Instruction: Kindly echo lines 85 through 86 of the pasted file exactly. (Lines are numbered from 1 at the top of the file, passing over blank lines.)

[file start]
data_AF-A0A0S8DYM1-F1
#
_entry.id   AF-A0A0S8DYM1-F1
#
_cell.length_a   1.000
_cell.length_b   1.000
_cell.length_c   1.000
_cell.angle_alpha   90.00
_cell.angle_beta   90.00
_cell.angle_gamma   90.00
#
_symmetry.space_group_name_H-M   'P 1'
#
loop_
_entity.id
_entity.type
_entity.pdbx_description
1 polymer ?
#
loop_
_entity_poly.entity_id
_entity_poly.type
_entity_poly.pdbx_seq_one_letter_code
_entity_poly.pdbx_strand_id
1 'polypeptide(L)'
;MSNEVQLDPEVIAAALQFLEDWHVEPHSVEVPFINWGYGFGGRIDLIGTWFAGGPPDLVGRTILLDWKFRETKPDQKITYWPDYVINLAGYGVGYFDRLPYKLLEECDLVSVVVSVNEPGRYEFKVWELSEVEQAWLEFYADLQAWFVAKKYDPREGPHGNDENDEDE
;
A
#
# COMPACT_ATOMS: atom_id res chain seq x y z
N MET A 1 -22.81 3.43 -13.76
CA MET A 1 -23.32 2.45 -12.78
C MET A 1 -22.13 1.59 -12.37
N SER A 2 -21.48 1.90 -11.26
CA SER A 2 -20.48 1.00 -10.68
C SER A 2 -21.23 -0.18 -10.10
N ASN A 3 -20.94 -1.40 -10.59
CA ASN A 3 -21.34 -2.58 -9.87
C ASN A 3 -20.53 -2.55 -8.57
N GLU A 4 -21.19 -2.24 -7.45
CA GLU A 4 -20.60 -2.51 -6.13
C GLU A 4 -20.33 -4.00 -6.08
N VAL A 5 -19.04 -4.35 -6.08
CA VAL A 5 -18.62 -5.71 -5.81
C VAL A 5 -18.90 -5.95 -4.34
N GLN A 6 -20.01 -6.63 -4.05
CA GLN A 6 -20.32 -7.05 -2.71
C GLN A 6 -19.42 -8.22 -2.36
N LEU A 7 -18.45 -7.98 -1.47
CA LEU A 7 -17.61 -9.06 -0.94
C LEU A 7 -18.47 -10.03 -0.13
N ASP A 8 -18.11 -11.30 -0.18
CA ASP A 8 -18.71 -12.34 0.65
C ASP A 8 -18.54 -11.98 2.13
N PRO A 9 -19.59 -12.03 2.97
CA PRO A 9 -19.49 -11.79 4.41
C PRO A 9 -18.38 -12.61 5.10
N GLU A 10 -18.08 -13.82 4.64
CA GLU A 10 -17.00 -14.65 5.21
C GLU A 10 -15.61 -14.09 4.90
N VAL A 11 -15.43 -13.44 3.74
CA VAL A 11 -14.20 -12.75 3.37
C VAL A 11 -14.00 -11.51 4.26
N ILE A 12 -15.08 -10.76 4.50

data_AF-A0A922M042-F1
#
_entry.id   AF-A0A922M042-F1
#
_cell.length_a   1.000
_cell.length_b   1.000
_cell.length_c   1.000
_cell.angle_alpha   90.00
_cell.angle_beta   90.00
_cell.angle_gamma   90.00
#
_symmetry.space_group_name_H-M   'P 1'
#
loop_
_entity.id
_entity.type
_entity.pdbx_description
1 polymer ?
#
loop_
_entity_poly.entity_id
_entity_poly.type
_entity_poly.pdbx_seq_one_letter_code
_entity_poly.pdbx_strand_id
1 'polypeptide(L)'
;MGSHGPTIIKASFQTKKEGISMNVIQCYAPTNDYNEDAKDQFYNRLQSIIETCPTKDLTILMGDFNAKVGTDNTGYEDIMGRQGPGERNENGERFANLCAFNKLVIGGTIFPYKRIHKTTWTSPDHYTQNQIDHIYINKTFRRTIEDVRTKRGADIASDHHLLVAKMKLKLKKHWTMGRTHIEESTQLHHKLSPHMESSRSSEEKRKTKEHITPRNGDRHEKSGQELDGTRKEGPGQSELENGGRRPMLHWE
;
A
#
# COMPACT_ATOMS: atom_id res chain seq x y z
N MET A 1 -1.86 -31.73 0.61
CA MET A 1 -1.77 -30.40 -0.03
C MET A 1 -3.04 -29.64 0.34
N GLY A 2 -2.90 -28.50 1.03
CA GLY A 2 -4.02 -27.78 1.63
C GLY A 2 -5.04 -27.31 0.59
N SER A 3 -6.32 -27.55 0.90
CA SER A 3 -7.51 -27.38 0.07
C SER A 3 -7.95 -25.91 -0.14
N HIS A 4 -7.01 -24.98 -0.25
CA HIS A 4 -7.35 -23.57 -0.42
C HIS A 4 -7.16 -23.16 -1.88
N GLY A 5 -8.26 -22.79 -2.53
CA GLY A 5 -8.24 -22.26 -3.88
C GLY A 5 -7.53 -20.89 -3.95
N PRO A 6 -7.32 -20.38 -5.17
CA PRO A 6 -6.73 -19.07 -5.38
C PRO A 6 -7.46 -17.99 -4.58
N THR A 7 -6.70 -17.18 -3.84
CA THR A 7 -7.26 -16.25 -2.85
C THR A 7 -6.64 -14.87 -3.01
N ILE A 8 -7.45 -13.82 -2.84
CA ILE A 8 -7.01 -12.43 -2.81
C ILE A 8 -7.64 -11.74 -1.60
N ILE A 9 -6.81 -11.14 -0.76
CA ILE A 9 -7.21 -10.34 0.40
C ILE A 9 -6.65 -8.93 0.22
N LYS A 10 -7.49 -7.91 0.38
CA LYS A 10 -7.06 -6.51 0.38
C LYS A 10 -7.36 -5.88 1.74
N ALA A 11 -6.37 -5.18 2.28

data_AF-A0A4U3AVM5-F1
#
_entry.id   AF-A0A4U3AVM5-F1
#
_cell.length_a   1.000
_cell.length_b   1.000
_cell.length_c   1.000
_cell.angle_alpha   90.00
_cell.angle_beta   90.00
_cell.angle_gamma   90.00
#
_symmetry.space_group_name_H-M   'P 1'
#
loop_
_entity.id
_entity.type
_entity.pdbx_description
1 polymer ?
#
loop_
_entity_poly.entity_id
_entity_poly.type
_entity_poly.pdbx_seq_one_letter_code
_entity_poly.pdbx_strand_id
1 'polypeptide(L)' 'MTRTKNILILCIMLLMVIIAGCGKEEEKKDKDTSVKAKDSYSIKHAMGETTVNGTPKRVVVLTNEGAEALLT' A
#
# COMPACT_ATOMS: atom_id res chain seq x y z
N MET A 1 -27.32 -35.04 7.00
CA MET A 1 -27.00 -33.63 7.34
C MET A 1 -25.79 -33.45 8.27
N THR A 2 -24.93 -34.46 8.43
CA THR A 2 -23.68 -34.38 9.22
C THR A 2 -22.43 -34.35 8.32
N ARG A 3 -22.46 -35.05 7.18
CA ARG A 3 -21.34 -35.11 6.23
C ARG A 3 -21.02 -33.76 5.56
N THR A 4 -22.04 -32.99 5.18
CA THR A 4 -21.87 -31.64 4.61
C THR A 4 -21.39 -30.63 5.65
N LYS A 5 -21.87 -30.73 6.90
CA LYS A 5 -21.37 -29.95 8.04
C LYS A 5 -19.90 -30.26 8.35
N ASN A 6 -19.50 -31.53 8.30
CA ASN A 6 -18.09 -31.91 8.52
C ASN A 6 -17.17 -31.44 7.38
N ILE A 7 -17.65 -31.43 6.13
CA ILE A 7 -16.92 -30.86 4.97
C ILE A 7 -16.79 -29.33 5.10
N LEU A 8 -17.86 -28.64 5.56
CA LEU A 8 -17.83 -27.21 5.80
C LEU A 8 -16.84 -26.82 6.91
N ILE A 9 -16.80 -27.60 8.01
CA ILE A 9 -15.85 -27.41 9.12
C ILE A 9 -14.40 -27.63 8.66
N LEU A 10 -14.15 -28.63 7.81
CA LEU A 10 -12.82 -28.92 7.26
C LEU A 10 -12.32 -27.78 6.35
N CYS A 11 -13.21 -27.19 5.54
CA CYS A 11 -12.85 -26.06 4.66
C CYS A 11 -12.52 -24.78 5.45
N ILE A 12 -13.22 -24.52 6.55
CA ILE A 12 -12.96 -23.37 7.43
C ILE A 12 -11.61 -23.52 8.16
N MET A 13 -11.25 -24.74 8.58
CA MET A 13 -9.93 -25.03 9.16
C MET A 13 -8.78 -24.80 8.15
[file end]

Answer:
_entity_poly.entity_id
_entity_poly.type